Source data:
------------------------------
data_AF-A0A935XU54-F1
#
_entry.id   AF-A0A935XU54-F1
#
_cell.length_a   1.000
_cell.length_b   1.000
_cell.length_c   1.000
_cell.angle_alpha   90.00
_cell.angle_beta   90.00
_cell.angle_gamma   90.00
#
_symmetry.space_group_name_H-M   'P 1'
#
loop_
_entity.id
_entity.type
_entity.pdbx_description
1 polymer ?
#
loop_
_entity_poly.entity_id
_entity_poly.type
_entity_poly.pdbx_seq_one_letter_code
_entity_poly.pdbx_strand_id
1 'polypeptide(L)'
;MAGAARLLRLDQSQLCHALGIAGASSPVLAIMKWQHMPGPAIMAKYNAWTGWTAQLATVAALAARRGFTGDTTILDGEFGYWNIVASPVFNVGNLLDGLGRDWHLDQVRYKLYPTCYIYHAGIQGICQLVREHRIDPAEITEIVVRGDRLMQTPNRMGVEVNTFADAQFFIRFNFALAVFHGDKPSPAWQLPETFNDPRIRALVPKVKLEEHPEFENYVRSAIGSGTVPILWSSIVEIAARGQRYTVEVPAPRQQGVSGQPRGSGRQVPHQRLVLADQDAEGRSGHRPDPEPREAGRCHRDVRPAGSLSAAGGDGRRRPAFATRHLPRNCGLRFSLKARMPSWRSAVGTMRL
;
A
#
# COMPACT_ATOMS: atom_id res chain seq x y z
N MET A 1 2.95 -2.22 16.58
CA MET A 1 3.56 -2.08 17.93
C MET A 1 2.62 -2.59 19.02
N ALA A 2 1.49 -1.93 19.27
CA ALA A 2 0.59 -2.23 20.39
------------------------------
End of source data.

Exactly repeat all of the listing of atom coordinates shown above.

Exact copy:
data_AF-A0A935XU54-F1
#
_entry.id   AF-A0A935XU54-F1
#
_cell.length_a   1.000
_cell.length_b   1.000
_cell.length_c   1.000
_cell.angle_alpha   90.00
_cell.angle_beta   90.00
_cell.angle_gamma   90.00
#
_symmetry.space_group_name_H-M   'P 1'
#
loop_
_entity.id
_entity.type
_entity.pdbx_description
1 polymer ?
#
loop_
_entity_poly.entity_id
_entity_poly.type
_entity_poly.pdbx_seq_one_letter_code
_entity_poly.pdbx_strand_id
1 'polypeptide(L)'
;MAGAARLLRLDQSQLCHALGIAGASSPVLAIMKWQHMPGPAIMAKYNAWTGWTAQLATVAALAARRGFTGDTTILDGEFGYWNIVASPVFNVGNLLDGLGRDWHLDQVRYKLYPTCYIYHAGIQGICQLVREHRIDPAEITEIVVRGDRLMQTPNRMGVEVNTFADAQFFIRFNFALAVFHGDKPSPAWQLPETFNDPRIRALVPKVKLEEHPEFENYVRSAIGSGTVPILWSSIVEIAARGQRYTVEVPAPRQQGVSGQPRGSGRQVPHQRLVLADQDAEGRSGHRPDPEPREAGRCHRDVRPAGSLSAAGGDGRRRPAFATRHLPRNCGLRFSLKARMPSWRSAVGTMRL
;
A
#
# COMPACT_ATOMS: atom_id res chain seq x y z
N MET A 1 2.95 -2.22 16.58
CA MET A 1 3.56 -2.08 17.93
C MET A 1 2.62 -2.59 19.02
N ALA A 2 1.49 -1.93 19.27
CA ALA A 2 0.59 -2.23 20.39